Project Overview:

The second of the GSK-EML research projects aims to produce effective cell-derived nanomedicines for use as therapeutic carriers.  Because of their size, the medicines can be delivered with more precision as part of a targeted approach.  

This project comes as advances in nanotechnology and nanomaterials research are changing the way innovative materials can be engineered for applications in regenerative medicine and tissue engineering.


The primary subjects of this research, exosomes and extracellular vesicles (EVs) are tiny particles containing a small amount of molecules from their parent cell.  These sub-cellular vesicles have been implicated in cell-cell communication when RNA, microRNA or similar substances are transferred. 

The ability of exosomes and EVs to fuse with cells to deliver their intra vesicular ‘cargo’, combined with the relatively calming effect they have on the immune system, has generated a lot of interest over the last few years in using these nanoparticles as drug delivery vehicles. 

However, utilising exosomes or EVs as drug delivery vehicles presents a number of research challenges.  It is the aim of the project to address these challenges so that exosomes and EVs may be designed and engineered for production at an appropriate scale and quality.  To make this possible the parent cells will be manipulated to both target delivery of the right cargo and make it possible to ‘deploy’ as a therapeutic agent to meet patient needs.

The project is underpinned by state of the art materials characterisation approaches to reveal unprecedented insight into cell phenotyping and tissue regeneration in response to the exosome/EV-based nanomedicines. 

Meet the team

The Stevens Group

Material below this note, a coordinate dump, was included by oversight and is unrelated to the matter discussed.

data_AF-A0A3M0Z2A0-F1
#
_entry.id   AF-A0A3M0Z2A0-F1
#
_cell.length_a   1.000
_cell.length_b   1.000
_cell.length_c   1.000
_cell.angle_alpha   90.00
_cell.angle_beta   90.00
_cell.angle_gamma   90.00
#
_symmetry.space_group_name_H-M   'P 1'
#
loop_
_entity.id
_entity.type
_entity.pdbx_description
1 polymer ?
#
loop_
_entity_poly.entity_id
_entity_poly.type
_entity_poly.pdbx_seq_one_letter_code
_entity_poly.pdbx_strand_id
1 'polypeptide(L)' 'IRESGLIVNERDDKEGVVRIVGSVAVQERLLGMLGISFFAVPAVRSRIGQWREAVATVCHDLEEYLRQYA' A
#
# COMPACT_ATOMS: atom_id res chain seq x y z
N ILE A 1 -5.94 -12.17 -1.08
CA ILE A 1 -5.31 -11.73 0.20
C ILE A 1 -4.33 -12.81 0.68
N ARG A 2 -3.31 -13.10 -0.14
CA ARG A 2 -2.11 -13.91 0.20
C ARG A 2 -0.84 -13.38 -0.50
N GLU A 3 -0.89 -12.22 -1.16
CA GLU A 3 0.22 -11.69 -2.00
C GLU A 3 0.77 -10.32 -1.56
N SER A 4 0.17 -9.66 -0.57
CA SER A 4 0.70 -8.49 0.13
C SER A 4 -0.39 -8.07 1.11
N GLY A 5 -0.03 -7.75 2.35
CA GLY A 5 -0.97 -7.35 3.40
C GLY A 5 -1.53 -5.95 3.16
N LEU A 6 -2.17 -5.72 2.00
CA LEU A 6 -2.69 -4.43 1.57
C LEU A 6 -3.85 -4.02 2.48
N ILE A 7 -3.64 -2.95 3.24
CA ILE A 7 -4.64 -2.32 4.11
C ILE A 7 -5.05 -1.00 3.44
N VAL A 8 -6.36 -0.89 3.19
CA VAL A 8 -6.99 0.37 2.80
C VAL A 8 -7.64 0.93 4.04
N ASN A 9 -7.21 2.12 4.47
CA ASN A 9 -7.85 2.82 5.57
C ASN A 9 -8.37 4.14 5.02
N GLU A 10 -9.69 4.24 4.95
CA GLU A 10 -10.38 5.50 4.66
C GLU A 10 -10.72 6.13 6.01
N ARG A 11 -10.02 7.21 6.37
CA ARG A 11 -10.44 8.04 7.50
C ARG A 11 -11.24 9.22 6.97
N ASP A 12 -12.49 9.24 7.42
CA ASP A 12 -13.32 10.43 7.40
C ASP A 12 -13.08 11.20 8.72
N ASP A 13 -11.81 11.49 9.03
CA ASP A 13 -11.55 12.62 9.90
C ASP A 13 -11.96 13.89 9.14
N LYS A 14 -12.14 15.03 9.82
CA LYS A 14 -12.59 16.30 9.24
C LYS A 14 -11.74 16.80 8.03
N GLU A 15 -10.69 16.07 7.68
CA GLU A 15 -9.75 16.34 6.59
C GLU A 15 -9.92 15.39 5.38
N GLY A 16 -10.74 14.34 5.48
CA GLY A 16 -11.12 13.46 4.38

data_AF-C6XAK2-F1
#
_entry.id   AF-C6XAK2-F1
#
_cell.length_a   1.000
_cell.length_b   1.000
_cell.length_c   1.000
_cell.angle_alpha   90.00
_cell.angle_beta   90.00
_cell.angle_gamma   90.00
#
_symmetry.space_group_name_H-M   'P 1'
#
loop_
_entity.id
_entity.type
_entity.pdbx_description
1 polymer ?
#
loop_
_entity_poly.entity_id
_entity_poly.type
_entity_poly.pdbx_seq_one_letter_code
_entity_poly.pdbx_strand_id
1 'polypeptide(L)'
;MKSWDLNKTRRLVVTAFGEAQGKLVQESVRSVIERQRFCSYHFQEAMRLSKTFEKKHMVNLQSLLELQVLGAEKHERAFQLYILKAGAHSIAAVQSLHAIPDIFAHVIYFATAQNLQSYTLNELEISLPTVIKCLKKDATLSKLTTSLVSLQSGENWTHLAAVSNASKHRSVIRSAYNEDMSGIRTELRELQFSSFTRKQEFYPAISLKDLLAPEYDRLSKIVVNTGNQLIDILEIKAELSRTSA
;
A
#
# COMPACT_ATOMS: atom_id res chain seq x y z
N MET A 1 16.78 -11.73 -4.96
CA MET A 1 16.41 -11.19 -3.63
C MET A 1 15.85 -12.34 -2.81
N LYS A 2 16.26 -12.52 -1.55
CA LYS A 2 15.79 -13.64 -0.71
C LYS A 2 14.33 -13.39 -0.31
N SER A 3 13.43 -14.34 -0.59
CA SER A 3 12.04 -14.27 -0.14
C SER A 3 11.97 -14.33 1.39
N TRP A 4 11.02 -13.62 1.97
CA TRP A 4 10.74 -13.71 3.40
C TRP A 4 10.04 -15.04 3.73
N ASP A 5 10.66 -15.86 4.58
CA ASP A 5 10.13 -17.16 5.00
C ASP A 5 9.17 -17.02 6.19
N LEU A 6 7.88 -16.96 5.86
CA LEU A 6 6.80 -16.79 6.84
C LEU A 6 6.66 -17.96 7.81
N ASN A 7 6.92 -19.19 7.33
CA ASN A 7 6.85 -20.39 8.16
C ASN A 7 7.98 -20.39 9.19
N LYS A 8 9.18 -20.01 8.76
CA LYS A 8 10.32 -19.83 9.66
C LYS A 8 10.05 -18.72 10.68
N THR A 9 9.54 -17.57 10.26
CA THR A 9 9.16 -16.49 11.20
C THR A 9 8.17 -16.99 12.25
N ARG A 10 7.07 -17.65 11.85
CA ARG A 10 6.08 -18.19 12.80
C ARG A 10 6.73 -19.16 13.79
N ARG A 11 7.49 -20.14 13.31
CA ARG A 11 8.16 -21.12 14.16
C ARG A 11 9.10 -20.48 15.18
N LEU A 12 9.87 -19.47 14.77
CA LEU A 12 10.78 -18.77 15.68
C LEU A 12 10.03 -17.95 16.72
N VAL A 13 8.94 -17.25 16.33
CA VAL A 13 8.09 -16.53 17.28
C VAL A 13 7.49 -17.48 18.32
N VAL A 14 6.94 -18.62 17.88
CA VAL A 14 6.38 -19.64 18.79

The Stevens Group's major aims include investigating innovative material-based approaches in tissue engineering and diagnostics as well as training next generation's ultra-talented students and postdocs.

Professor Molly Stevens

Professor Molly Stevens

Professor of Biomedical Materials & Regenerative Medicine

Faculty of Engineering, Department of Materials

Dr. Rongjun Chen

Rongjun Chen Senior Lecturer

Faculty of EngineeringDepartment of Chemical Engineering

Dr. Charles Coombes

Dr. Charles Coombes

Professor of Medical Oncology

Faculty of MedicineDepartment of Surgery & Cancer

Professor Jeremy Nicholson

Professor Jeremy Nicholson

 Chair in Biological Chemistry, Head of Department

Faculty of MedicineDepartment of Surgery & Cancer

Steve Hood

GSK logoDirector, Bioimaging and D@T,


Project motivation

The technology being developed within this project has broad potential, ranging from local wound healing applications to other regenerative medicine applications. Advances in this area would represent a new modality unlike current biological or small molecule platforms that could be used to target treatment for common and degenerative diseases. 

Indeed exosomes and EVs have not yet been exploited from a nanomaterials engineering perspective.  The opportunity of creating a joint effort bridging expertise from an internationally award-winning academic research group with the excellence of a world-leading pharmaceutical company is, therefore, incredibly timely.